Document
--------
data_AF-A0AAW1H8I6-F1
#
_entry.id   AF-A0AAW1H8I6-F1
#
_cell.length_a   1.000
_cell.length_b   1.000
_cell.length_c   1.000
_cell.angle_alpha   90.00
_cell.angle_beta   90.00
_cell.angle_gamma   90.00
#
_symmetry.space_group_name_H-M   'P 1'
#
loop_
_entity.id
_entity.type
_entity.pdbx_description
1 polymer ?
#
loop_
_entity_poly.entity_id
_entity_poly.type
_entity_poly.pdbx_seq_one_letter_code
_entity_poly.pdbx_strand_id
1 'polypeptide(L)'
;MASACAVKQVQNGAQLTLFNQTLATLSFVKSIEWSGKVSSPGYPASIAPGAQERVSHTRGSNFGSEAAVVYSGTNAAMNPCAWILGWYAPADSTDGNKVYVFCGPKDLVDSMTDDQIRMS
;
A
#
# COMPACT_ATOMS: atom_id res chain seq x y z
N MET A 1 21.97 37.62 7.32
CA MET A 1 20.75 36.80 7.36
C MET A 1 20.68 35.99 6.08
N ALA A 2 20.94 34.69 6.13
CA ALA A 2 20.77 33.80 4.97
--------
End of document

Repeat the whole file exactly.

data_AF-A0AAW1H8I6-F1
#
_entry.id   AF-A0AAW1H8I6-F1
#
_cell.length_a   1.000
_cell.length_b   1.000
_cell.length_c   1.000
_cell.angle_alpha   90.00
_cell.angle_beta   90.00
_cell.angle_gamma   90.00
#
_symmetry.space_group_name_H-M   'P 1'
#
loop_
_entity.id
_entity.type
_entity.pdbx_description
1 polymer ?
#
loop_
_entity_poly.entity_id
_entity_poly.type
_entity_poly.pdbx_seq_one_letter_code
_entity_poly.pdbx_strand_id
1 'polypeptide(L)'
;MASACAVKQVQNGAQLTLFNQTLATLSFVKSIEWSGKVSSPGYPASIAPGAQERVSHTRGSNFGSEAAVVYSGTNAAMNPCAWILGWYAPADSTDGNKVYVFCGPKDLVDSMTDDQIRMS
;
A
#
# COMPACT_ATOMS: atom_id res chain seq x y z
N MET A 1 21.97 37.62 7.32
CA MET A 1 20.75 36.80 7.36
C MET A 1 20.68 35.99 6.08
N ALA A 2 20.94 34.69 6.13
CA ALA A 2 20.77 33.80 4.97